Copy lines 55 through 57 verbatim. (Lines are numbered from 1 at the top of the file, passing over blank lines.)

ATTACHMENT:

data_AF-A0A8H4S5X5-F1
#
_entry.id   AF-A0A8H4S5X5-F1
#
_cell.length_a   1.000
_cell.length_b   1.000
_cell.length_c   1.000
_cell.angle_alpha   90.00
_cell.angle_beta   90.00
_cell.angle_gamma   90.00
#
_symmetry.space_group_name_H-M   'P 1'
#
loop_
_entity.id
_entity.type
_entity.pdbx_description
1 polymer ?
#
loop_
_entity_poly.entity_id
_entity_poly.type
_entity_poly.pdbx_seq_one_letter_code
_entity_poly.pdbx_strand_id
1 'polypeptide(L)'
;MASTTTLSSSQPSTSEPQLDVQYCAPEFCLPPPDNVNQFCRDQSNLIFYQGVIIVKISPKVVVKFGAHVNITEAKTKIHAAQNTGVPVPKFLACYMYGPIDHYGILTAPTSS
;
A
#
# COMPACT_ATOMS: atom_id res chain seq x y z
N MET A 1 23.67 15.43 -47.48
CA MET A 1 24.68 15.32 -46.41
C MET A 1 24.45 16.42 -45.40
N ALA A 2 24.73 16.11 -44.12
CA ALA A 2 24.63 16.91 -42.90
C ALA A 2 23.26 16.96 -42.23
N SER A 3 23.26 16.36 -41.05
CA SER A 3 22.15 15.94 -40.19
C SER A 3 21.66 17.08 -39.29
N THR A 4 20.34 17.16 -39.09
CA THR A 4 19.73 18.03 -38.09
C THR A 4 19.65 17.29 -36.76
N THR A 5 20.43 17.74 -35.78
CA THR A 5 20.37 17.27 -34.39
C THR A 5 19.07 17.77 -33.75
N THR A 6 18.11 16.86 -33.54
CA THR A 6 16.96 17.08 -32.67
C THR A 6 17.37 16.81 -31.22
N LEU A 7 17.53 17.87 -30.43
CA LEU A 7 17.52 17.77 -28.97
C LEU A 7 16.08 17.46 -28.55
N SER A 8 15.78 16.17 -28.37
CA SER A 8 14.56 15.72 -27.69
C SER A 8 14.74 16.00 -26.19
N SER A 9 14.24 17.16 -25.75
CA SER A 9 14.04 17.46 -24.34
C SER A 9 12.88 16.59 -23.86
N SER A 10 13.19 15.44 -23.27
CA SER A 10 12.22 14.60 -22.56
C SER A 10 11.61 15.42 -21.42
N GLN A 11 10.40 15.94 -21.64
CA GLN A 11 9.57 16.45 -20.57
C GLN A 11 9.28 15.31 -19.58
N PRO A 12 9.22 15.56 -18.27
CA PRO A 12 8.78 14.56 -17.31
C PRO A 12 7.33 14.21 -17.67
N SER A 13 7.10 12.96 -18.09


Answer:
N SER A 9 14.24 17.16 -25.75
CA SER A 9 14.04 17.46 -24.34
C SER A 9 12.88 16.59 -23.86